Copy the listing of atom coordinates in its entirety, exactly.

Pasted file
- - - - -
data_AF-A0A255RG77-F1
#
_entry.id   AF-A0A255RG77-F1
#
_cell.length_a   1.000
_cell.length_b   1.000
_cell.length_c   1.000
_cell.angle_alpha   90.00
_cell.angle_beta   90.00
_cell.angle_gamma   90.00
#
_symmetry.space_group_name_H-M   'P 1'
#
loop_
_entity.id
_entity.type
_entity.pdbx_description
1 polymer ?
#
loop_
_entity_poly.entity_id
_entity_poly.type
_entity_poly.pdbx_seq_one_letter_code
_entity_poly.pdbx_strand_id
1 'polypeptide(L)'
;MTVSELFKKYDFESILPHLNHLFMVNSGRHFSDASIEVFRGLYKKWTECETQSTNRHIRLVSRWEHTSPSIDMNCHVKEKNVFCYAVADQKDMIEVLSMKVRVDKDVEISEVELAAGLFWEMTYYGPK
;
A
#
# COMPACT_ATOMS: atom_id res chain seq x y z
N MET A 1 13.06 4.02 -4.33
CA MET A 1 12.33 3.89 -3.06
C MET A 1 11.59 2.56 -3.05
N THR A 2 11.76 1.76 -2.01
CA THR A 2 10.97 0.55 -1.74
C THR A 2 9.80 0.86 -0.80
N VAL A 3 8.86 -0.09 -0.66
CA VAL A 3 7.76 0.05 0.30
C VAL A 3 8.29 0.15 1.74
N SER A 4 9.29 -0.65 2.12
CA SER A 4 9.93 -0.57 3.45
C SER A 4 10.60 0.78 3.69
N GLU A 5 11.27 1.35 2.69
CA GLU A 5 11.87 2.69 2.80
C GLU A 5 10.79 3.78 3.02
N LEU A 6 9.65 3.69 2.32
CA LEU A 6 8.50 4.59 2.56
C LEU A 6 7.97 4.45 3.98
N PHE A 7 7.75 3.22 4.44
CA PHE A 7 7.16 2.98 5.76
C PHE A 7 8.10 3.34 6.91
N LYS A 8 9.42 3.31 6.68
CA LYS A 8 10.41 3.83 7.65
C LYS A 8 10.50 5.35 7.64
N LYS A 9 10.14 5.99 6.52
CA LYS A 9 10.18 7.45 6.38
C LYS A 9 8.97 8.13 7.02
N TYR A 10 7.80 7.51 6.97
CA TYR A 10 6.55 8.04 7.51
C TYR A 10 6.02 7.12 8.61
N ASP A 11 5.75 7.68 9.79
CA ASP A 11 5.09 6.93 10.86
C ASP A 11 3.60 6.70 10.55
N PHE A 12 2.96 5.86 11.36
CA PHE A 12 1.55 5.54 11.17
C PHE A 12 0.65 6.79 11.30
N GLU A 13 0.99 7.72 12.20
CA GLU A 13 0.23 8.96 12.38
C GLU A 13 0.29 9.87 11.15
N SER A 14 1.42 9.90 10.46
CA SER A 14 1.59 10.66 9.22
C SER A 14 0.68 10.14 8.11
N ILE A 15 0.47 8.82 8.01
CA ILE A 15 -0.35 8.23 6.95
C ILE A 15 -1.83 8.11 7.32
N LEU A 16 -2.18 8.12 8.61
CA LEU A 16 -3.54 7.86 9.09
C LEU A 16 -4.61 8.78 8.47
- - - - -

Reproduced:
data_AF-A0A255RG77-F1
#
_entry.id   AF-A0A255RG77-F1
#
_cell.length_a   1.000
_cell.length_b   1.000
_cell.length_c   1.000
_cell.angle_alpha   90.00
_cell.angle_beta   90.00
_cell.angle_gamma   90.00
#
_symmetry.space_group_name_H-M   'P 1'
#
loop_
_entity.id
_entity.type
_entity.pdbx_description
1 polymer ?
#
loop_
_entity_poly.entity_id
_entity_poly.type
_entity_poly.pdbx_seq_one_letter_code
_entity_poly.pdbx_strand_id
1 'polypeptide(L)'
;MTVSELFKKYDFESILPHLNHLFMVNSGRHFSDASIEVFRGLYKKWTECETQSTNRHIRLVSRWEHTSPSIDMNCHVKEKNVFCYAVADQKDMIEVLSMKVRVDKDVEISEVELAAGLFWEMTYYGPK
;
A
#
# COMPACT_ATOMS: atom_id res chain seq x y z
N MET A 1 13.06 4.02 -4.33
CA MET A 1 12.33 3.89 -3.06
C MET A 1 11.59 2.56 -3.05
N THR A 2 11.76 1.76 -2.01
CA THR A 2 10.97 0.55 -1.74
C THR A 2 9.80 0.86 -0.80
N VAL A 3 8.86 -0.09 -0.66
CA VAL A 3 7.76 0.05 0.30
C VAL A 3 8.29 0.15 1.74
N SER A 4 9.29 -0.65 2.12
CA SER A 4 9.93 -0.57 3.45
C SER A 4 10.60 0.78 3.69
N GLU A 5 11.27 1.35 2.69
CA GLU A 5 11.87 2.69 2.80
C GLU A 5 10.79 3.78 3.02
N LEU A 6 9.65 3.69 2.32
CA LEU A 6 8.50 4.59 2.56
C LEU A 6 7.97 4.45 3.98
N PHE A 7 7.75 3.22 4.44
CA PHE A 7 7.16 2.98 5.76
C PHE A 7 8.10 3.34 6.91
N LYS A 8 9.42 3.31 6.68
CA LYS A 8 10.41 3.83 7.65
C LYS A 8 10.50 5.35 7.64
N LYS A 9 10.14 5.99 6.52
CA LYS A 9 10.18 7.45 6.38
C LYS A 9 8.97 8.13 7.02
N TYR A 10 7.80 7.51 6.97
CA TYR A 10 6.55 8.04 7.51
C TYR A 10 6.02 7.12 8.61
N ASP A 11 5.75 7.68 9.79
CA ASP A 11 5.09 6.93 10.86
C ASP A 11 3.60 6.70 10.55
N PHE A 12 2.96 5.86 11.36
CA PHE A 12 1.55 5.54 11.17
C PHE A 12 0.65 6.79 11.30
N GLU A 13 0.99 7.72 12.20
CA GLU A 13 0.23 8.96 12.38
C GLU A 13 0.29 9.87 11.15
N SER A 14 1.42 9.90 10.46
CA SER A 14 1.59 10.66 9.22
C SER A 14 0.68 10.14 8.11
N ILE A 15 0.47 8.82 8.01
CA ILE A 15 -0.35 8.23 6.95
C ILE A 15 -1.83 8.11 7.32
N LEU A 16 -2.18 8.12 8.61
CA LEU A 16 -3.54 7.86 9.09
C LEU A 16 -4.61 8.78 8.47